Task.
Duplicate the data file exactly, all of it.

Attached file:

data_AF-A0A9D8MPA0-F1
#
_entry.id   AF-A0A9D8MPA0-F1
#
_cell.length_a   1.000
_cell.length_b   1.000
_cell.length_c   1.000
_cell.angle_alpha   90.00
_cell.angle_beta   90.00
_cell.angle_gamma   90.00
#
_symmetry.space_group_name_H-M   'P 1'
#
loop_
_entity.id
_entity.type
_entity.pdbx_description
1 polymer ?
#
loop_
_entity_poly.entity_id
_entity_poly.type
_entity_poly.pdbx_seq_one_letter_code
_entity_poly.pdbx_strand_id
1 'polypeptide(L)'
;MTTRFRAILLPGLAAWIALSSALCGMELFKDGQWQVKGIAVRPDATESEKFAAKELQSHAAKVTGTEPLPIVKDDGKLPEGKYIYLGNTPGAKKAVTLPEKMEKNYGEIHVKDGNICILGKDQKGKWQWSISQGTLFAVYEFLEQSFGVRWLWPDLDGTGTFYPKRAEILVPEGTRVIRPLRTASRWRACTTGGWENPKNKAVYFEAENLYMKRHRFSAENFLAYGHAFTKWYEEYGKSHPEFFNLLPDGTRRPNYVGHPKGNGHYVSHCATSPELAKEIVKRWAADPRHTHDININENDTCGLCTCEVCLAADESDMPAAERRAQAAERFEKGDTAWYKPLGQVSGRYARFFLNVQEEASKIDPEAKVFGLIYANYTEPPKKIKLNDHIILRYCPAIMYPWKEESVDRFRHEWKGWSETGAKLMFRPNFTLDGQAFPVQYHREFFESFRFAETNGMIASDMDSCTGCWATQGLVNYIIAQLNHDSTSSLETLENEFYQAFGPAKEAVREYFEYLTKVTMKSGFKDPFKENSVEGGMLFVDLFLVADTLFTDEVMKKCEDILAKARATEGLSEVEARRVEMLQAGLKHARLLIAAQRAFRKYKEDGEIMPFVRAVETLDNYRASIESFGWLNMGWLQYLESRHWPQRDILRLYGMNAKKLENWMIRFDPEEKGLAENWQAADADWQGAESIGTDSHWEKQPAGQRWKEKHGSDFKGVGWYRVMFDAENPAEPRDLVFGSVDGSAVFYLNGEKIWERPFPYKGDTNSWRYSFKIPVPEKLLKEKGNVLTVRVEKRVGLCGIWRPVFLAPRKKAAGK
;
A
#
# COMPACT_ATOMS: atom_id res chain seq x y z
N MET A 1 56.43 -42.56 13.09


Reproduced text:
data_AF-A0A9D8MPA0-F1
#
_entry.id   AF-A0A9D8MPA0-F1
#
_cell.length_a   1.000
_cell.length_b   1.000
_cell.length_c   1.000
_cell.angle_alpha   90.00
_cell.angle_beta   90.00
_cell.angle_gamma   90.00
#
_symmetry.space_group_name_H-M   'P 1'
#
loop_
_entity.id
_entity.type
_entity.pdbx_description
1 polymer ?
#
loop_
_entity_poly.entity_id
_entity_poly.type
_entity_poly.pdbx_seq_one_letter_code
_entity_poly.pdbx_strand_id
1 'polypeptide(L)'
;MTTRFRAILLPGLAAWIALSSALCGMELFKDGQWQVKGIAVRPDATESEKFAAKELQSHAAKVTGTEPLPIVKDDGKLPEGKYIYLGNTPGAKKAVTLPEKMEKNYGEIHVKDGNICILGKDQKGKWQWSISQGTLFAVYEFLEQSFGVRWLWPDLDGTGTFYPKRAEILVPEGTRVIRPLRTASRWRACTTGGWENPKNKAVYFEAENLYMKRHRFSAENFLAYGHAFTKWYEEYGKSHPEFFNLLPDGTRRPNYVGHPKGNGHYVSHCATSPELAKEIVKRWAADPRHTHDININENDTCGLCTCEVCLAADESDMPAAERRAQAAERFEKGDTAWYKPLGQVSGRYARFFLNVQEEASKIDPEAKVFGLIYANYTEPPKKIKLNDHIILRYCPAIMYPWKEESVDRFRHEWKGWSETGAKLMFRPNFTLDGQAFPVQYHREFFESFRFAETNGMIASDMDSCTGCWATQGLVNYIIAQLNHDSTSSLETLENEFYQAFGPAKEAVREYFEYLTKVTMKSGFKDPFKENSVEGGMLFVDLFLVADTLFTDEVMKKCEDILAKARATEGLSEVEARRVEMLQAGLKHARLLIAAQRAFRKYKEDGEIMPFVRAVETLDNYRASIESFGWLNMGWLQYLESRHWPQRDILRLYGMNAKKLENWMIRFDPEEKGLAENWQAADADWQGAESIGTDSHWEKQPAGQRWKEKHGSDFKGVGWYRVMFDAENPAEPRDLVFGSVDGSAVFYLNGEKIWERPFPYKGDTNSWRYSFKIPVPEKLLKEKGNVLTVRVEKRVGLCGIWRPVFLAPRKKAAGK
;
A
#
# COMPACT_ATOMS: atom_id res chain seq x y z
N MET A 1 56.43 -42.56 13.09